Updated: Jun 9, 2020
Getting a puppy at Christmas time is both exciting and quite possibly crazy! With lots of excitement, food and present opening, both you and your puppy will have been tested to the limit!
As life settles down and routine kicks in you will be starting to think about training your puppy and the bucket list of things you want your puppy to be able to do! ‘Sit, Stay, Come, Heal’ is historically the fundamental skills people want their puppy’s to learn. For me the fundamentals of ‘tuning a puppy in to follow me mentally and physically’, is top of my list by establishing Recall. In my experience working with owners and their dogs with behaviour issues, recall is always on the ‘Goals list’. The most common mistake people make early on in their relationship with their puppy is to let them off lead before they have a foundation of Trust and Respect. Some people will report to me that their dog ‘comes back to them when there is nothing else more interesting like a dog, then they won’t listen to a word I say!’ Other people also comment that their puppy got chased or even attacked by another dog when they were off lead and so is now petrified of other dogs! Not a great start to owning a balanced dog and usually the first stage to a dog growing up with issues around other dogs!
You have to understand that some dogs that are off lead are not always sociable, particularly when they have a bouncing, ignorant puppy in their personal space who just wants to play, so keeping them on lead is essential in protecting them. What many people don’t realise is that a puppy is still learning ‘dog language’ and won’t have yet developed their understanding of Trust and Respect around other dogs, by sensing and observing another dogs ‘language! ‘ Unfortunately what often happens is the other dog will tolerate the puppy for so long until the point where the puppy’s owner hasn’t observed that the dog is starting to feel challenged. By not retrieving their puppy and giving them the direction they need in that situation, often results in the dog becoming the ‘teacher’ and correcting the puppy with either a low level correction (growl/air snap) or by pinning the puppy down and/or attacking them. Who usually gets the blame? -The dog owner not the puppy owner! I see this happen a great deal when I’m out working dogs in public parks, where owners have not recognised the body language exhibited in front of them between dogs and before you know it a fight kicks off! Sometimes I step in and actually explain what happened in ‘dog terms’ to the owners and that it actually wasn’t the dog’s fault that is getting the blame!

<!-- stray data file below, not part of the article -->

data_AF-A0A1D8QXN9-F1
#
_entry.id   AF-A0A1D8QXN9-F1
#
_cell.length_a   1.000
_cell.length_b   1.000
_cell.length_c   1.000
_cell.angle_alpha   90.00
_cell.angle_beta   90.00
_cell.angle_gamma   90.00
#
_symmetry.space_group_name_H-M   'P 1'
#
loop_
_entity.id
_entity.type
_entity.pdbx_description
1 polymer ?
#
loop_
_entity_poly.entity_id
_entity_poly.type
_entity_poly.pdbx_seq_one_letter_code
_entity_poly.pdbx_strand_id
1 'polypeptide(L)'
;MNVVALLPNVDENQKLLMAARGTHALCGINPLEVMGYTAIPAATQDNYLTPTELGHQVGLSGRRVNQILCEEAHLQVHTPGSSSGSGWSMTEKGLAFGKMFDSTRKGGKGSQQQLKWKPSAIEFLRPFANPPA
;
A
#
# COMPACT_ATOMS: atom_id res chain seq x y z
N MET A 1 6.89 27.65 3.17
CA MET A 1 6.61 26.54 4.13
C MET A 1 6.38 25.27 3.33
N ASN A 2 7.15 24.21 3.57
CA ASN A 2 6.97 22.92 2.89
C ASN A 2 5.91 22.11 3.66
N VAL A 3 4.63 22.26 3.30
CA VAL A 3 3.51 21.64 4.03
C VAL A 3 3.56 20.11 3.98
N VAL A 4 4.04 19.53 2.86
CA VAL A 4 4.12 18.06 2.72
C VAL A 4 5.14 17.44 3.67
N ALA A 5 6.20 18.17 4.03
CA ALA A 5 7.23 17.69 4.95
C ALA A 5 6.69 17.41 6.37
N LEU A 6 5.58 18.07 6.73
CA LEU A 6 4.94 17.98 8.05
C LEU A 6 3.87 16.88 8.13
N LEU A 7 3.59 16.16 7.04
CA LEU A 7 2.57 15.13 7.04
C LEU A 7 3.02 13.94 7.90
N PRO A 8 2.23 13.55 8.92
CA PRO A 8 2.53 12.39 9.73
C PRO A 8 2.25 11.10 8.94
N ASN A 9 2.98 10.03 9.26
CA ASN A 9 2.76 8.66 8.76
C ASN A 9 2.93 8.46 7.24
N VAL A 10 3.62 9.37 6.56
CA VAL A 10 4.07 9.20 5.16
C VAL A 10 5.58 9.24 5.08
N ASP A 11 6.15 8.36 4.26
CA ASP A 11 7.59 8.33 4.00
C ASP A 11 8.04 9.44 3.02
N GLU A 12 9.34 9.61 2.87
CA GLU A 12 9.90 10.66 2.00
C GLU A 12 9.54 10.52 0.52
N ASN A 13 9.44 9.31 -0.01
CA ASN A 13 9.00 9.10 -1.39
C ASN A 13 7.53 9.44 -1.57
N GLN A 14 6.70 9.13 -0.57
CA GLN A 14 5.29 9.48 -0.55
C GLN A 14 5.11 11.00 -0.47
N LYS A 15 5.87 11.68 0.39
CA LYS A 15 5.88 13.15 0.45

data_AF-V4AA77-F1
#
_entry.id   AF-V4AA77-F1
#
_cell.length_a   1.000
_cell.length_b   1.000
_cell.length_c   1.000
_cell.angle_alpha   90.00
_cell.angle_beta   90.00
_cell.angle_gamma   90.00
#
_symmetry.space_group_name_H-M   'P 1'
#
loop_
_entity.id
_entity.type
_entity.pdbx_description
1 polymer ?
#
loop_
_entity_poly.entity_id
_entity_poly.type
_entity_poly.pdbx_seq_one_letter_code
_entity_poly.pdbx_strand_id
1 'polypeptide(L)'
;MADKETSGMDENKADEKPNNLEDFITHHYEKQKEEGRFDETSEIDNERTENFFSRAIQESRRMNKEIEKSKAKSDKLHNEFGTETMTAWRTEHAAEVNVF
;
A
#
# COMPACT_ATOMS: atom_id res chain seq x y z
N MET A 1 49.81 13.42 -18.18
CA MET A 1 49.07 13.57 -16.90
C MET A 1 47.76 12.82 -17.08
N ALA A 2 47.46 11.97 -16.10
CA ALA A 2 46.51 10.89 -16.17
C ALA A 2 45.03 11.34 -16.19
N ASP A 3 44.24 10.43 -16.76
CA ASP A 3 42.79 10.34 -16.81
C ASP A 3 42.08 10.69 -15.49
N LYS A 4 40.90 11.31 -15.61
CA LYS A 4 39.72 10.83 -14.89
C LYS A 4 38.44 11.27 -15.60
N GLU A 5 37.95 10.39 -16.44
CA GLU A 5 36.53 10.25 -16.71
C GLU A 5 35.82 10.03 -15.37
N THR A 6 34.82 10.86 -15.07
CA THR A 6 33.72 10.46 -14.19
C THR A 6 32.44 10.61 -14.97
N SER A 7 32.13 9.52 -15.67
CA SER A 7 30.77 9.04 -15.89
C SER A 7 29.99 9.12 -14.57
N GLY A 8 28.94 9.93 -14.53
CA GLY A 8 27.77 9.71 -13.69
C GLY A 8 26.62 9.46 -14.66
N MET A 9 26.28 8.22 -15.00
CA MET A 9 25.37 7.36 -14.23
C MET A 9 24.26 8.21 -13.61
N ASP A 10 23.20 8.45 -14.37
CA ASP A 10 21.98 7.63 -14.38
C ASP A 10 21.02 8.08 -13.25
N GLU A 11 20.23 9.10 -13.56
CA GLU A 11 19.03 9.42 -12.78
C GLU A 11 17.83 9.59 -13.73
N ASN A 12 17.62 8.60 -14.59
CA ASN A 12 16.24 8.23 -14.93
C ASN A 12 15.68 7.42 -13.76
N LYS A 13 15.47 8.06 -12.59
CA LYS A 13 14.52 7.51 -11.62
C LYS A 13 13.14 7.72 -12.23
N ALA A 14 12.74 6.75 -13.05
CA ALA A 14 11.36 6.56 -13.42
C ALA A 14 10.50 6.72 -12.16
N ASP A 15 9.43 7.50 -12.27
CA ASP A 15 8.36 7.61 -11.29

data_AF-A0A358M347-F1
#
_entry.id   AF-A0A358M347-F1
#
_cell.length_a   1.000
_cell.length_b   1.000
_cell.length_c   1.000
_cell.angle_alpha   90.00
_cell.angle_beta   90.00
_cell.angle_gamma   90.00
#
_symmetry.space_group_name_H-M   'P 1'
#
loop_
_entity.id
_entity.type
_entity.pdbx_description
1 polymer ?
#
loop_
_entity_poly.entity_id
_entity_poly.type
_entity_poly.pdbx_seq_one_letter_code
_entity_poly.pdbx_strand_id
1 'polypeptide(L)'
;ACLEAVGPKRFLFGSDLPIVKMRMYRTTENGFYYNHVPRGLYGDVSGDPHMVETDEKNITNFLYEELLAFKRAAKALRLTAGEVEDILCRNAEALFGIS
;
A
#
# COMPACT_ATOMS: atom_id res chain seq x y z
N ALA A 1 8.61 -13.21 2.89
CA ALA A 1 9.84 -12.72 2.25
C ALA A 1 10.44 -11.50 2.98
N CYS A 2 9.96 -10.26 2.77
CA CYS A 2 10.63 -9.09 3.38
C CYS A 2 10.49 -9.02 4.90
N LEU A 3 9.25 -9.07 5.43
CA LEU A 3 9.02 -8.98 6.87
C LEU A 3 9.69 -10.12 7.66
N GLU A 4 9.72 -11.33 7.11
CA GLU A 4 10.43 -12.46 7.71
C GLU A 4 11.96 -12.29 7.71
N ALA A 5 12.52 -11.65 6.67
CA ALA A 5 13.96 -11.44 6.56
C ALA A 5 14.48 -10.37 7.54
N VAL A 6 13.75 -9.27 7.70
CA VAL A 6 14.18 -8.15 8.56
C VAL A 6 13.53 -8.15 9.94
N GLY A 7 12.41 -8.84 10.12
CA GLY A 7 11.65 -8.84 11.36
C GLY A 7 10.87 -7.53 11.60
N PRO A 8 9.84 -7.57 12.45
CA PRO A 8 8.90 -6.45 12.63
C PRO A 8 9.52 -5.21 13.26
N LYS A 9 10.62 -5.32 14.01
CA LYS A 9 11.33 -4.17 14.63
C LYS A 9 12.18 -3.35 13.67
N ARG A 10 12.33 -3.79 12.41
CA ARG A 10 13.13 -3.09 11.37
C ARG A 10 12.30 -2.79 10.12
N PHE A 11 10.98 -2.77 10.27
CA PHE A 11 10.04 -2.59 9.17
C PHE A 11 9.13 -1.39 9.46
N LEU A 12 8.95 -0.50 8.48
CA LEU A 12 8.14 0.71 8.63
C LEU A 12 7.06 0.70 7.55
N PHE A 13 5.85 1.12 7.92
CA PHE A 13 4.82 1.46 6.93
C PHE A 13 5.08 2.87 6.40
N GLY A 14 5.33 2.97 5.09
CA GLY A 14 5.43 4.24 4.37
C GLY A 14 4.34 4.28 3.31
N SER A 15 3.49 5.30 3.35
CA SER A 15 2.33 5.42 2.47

Dogs operate in Survival Instinct, so as soon as they feel challenged they will go in to Defence Flight (avoiding/running away) or Defence Fight (growling, barking, lunging, attacking) drive. ‘Challenge’ can be anything from a dog ‘Eye balling’ another dog, being chased or by encroaching into their personal space and in a puppy’s case quite often being too over-excited! Naturally a dog’s limit in tolerating this behaviour depends on their personality and how long they are in that situation for. If they are not ‘protected’ by the owner actively taking charge and reading the warning signs then the dog is often put in a situation where they have to take charge and correct the dog themselves as nature intended.
By building a foundation of trust and respect first and being your puppy’s ‘Leader’, they are more likely to follow your direction and trust your judgement. Using something to motivate your dog to be physically and mentally ‘tuned in to you’ is the key in the early stages of learning. Testing your dog’s ability to tune in to you when you have food, toys, another dog as a mentor or you, will give you the insight as to what motivates your puppy as not all dogs are food driven! When they are starting to follow your direction more willingly you can reduce the reward, so they are recalling out of trust and respect instead of the extrinsic reward! I will often use a long line (about 3m) that I will keep on the puppy on walks, to practice ‘leader-follower’ activities when I am out in dog walking areas. Sometimes dropping it and letting it trail, calling the puppy back to me, giving reward and other times when meeting other dogs holding onto the end of it. This way I can give the puppy direction when needed, controlling how they approach other dogs and also protection by having the ability to bring the puppy back to me when I sense danger and they don’t!
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